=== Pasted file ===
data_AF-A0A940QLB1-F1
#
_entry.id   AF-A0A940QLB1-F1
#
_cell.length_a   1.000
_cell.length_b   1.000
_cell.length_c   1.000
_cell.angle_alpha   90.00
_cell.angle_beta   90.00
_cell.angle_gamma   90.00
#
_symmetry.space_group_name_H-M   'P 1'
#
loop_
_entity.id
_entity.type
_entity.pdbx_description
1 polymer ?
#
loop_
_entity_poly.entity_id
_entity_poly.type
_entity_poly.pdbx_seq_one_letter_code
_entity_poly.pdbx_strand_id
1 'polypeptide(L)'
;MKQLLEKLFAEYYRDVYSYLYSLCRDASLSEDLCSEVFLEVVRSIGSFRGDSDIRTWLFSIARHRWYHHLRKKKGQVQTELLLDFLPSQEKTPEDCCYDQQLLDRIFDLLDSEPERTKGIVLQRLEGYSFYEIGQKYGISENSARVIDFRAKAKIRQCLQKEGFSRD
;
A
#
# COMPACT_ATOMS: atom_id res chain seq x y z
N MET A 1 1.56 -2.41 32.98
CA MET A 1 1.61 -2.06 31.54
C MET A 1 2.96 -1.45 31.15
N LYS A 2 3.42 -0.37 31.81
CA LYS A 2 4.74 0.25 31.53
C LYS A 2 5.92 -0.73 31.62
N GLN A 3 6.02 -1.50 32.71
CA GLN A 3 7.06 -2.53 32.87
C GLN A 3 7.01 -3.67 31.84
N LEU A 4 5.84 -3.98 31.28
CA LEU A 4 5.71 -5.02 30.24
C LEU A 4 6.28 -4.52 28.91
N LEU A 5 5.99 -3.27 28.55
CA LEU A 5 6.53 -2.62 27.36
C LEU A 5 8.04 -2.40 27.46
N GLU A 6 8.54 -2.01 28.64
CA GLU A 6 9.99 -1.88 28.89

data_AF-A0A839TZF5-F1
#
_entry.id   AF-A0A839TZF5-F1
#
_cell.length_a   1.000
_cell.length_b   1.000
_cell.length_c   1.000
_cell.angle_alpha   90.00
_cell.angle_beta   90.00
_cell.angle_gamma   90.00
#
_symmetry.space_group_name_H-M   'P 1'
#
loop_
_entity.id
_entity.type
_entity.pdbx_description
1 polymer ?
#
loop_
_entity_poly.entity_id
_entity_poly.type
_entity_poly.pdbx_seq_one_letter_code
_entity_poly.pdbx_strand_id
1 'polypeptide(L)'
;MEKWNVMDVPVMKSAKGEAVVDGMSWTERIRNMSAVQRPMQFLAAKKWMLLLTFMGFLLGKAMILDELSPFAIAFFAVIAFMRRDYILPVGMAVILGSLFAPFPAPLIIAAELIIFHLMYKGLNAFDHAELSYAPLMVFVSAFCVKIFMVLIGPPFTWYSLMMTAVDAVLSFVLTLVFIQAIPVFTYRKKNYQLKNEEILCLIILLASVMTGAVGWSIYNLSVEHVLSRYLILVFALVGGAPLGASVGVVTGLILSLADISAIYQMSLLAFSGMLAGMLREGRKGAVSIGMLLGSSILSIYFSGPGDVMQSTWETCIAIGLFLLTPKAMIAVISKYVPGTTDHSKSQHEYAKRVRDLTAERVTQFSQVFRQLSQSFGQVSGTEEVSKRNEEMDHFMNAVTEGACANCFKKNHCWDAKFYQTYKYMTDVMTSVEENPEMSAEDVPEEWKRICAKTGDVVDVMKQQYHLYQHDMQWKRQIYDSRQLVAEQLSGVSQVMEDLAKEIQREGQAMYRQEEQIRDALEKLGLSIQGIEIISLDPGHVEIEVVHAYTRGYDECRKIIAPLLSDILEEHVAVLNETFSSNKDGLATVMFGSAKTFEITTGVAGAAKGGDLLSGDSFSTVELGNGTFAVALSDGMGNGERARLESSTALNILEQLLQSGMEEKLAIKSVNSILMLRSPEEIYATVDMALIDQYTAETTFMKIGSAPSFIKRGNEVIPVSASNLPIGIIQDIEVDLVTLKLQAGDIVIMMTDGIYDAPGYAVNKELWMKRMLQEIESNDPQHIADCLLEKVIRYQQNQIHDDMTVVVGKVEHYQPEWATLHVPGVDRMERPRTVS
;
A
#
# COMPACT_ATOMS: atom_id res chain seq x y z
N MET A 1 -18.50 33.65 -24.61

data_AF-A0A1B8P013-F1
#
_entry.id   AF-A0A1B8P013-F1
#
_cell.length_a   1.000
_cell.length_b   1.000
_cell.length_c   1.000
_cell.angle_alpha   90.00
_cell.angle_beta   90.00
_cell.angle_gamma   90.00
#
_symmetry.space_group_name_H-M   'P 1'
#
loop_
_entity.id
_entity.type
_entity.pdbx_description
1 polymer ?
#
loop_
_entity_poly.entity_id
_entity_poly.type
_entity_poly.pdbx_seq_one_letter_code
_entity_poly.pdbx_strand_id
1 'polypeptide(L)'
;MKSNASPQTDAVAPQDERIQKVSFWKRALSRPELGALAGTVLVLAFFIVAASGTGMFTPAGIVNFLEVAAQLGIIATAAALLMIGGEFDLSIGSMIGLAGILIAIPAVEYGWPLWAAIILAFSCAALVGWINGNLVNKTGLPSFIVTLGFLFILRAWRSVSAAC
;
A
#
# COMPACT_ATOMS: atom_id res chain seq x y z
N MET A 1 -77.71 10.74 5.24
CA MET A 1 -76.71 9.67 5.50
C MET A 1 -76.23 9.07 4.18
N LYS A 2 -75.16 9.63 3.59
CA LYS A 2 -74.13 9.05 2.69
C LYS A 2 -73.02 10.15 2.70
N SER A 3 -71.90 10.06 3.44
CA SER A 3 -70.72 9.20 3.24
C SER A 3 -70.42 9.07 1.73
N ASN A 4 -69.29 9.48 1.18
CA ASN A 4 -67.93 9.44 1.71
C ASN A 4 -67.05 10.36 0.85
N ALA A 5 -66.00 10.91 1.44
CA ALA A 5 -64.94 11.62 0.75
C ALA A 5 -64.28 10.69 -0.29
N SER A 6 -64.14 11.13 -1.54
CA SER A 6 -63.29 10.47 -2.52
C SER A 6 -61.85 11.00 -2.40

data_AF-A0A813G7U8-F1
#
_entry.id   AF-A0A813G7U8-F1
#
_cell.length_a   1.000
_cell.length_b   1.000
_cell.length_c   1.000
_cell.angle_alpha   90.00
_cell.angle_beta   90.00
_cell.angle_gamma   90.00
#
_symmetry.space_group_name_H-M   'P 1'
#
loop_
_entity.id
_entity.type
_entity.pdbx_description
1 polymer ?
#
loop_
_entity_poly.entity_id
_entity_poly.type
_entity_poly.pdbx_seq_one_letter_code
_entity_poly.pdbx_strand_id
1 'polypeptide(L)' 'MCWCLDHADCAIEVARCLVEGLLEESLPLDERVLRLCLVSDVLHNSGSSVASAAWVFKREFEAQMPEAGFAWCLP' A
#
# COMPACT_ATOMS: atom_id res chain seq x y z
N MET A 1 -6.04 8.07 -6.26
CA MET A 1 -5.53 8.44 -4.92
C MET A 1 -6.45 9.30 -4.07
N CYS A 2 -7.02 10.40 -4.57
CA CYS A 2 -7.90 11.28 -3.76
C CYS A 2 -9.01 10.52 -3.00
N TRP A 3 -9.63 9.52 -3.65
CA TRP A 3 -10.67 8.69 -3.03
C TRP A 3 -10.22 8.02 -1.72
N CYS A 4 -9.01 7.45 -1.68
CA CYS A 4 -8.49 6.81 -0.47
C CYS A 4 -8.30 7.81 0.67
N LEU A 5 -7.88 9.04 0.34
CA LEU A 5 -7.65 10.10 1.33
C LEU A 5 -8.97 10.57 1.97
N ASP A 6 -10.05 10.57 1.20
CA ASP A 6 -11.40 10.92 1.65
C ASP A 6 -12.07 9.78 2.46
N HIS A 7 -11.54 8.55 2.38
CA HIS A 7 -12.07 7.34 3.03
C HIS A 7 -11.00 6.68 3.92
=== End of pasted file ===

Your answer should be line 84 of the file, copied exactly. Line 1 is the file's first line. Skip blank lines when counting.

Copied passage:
_cell.length_b   1.000